According to Christopher Nolan’s “The Prestige,” magic tricks are split into three parts: the pledge, the turn and the prestige. The first being where you’re introduced to something ordinary but promised something extraordinary, the middle being where the suspense grows as the trick is in motion and the final where the trick pays off as promised or better. If we were to judge “The Prestige” by the very criteria it sets for magic, it’d have a promising pledge and turn, but ultimately a weak prestige.
Based on Christopher Priest’s novel, “The Prestige” tells the tale of rival magicians Angier (Jackman) and Borden (Bale), two men who start out as simple magicians looking for the next best trick. Fueled by their obsessions with both magic and each other, their lives intersect in increasingly tragic ways. In fact, their game of magic trick one-upmanship is only surpassed by the parallel game of violent revenge they begin to exact on each other as the film goes on. Add together Nikola Tesla (Bowie) and real-magic-through-technology, and you’ve got an almost solid puzzle to piece together.
I say “almost solid” because the film telegraphs its resolution fairly early on, and if you pick up on it, said telegraphed resolution is then slammed repeatedly over your head with the blatant mise en scène. I don’t want to give anything away for those who will see the film regardless of what I write (and let’s be honest, there are many people who will) but when symbolism becomes that obvious it goes beyond mere cleverness and dances into condescension. And in situations such as these, you need to be able to grasp onto something else to pull you through the story, but the characters are so vile in their obsessions that you don’t really want any of them succeed.
The cast acquits themselves nicely to their roles, with Jackman and Bale both behaving like magical bastards, and Scarlett Johansson doing a fine job as mistress-with-the-push-up-corset, but to what end? We certainly don’t care about any of these despicable characters as the film winds on, and the only moments of true joy come when Michael Caine, David Bowie or Andy Serkis are on screen. Part of me would’ve preferred that we followed the story of Bowie’s Tesla and Serkis’s apprentice rather than continue with the magicians, or maybe just spend more time with Caine’s Cutter.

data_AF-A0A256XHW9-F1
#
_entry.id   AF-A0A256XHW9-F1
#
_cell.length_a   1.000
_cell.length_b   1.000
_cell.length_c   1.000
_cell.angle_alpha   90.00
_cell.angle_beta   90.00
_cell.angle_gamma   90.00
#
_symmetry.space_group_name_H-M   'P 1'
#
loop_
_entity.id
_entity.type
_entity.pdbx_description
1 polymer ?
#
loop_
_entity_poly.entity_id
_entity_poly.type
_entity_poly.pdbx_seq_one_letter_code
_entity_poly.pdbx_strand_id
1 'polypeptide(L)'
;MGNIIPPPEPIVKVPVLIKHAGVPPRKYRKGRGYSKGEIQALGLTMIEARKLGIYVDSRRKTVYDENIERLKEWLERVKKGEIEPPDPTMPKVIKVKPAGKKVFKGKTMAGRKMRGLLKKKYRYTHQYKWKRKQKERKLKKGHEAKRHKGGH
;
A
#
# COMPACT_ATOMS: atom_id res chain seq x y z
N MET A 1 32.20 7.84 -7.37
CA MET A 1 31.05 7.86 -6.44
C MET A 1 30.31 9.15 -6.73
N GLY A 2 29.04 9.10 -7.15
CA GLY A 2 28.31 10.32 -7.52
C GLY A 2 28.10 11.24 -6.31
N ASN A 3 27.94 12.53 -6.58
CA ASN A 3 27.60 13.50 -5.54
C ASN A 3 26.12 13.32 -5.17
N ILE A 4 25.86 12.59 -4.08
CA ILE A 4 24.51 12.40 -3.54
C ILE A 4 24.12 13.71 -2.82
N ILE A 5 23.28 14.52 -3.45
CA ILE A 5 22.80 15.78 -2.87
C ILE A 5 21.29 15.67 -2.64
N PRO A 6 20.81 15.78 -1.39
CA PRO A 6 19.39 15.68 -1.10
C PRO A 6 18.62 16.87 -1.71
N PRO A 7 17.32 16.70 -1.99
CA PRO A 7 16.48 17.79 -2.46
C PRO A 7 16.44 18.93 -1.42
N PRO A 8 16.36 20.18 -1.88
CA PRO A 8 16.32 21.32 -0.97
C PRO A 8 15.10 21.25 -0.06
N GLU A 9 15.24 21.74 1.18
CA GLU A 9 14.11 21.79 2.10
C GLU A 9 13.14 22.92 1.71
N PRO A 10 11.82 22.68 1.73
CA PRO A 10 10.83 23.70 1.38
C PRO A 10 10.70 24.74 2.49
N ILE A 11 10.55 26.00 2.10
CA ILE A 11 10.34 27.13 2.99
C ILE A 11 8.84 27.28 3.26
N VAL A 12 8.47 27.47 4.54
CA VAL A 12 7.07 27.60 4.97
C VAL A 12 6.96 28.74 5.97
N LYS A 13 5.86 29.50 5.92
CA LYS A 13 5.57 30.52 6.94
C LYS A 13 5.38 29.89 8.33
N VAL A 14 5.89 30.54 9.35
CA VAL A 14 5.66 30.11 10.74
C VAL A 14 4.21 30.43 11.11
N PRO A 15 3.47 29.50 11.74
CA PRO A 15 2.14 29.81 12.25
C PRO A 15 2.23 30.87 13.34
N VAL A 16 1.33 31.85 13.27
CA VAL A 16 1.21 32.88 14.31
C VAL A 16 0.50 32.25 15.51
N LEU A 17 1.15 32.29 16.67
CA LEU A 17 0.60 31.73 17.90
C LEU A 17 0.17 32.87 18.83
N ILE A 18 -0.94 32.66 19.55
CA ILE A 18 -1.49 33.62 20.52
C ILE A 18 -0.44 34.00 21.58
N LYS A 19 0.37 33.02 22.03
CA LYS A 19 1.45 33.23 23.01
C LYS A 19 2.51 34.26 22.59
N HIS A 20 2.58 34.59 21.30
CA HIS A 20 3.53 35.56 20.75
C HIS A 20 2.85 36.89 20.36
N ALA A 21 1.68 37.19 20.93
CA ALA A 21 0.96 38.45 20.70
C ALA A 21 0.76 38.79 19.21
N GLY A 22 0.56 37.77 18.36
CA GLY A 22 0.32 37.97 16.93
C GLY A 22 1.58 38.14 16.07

If you’ve read the book, you’ll find the film is more loosely based than a straight-up translation. A major plot-framing device from the book is left out (and thankfully, as I can’t imagine how the movie would’ve worked had it been included), and many details, including aspects of the story’s resolution, are switched out for more easily translated cinematic ones. So if you’re one of those people who feel the film never lives up to the book, well, you may not be disproved here but, at the same time, the film does live okay in the separate body in which it has grown into. But when it’s Hugh Jackman, Christian Bale, Michael Caine and Christopher Nolan behind-the-scenes, being just “okay” is disproportionately disappointing.
As I said earlier, “The Prestige” is promising through its first and second acts, and there is a bit of true suspense that builds in that middle chunk (more in regards to wondering how gruesome the rivalry can get rather than anything else), but the ending delivers on none of the promises set up throughout the film. When all is said and done and you get the full explanation of what meant what and who did what to whom, it’s not fulfilling at all. It’s a magic trick that’s all showmanship and craft, but lacking true whimsy, ultimately failing the audience.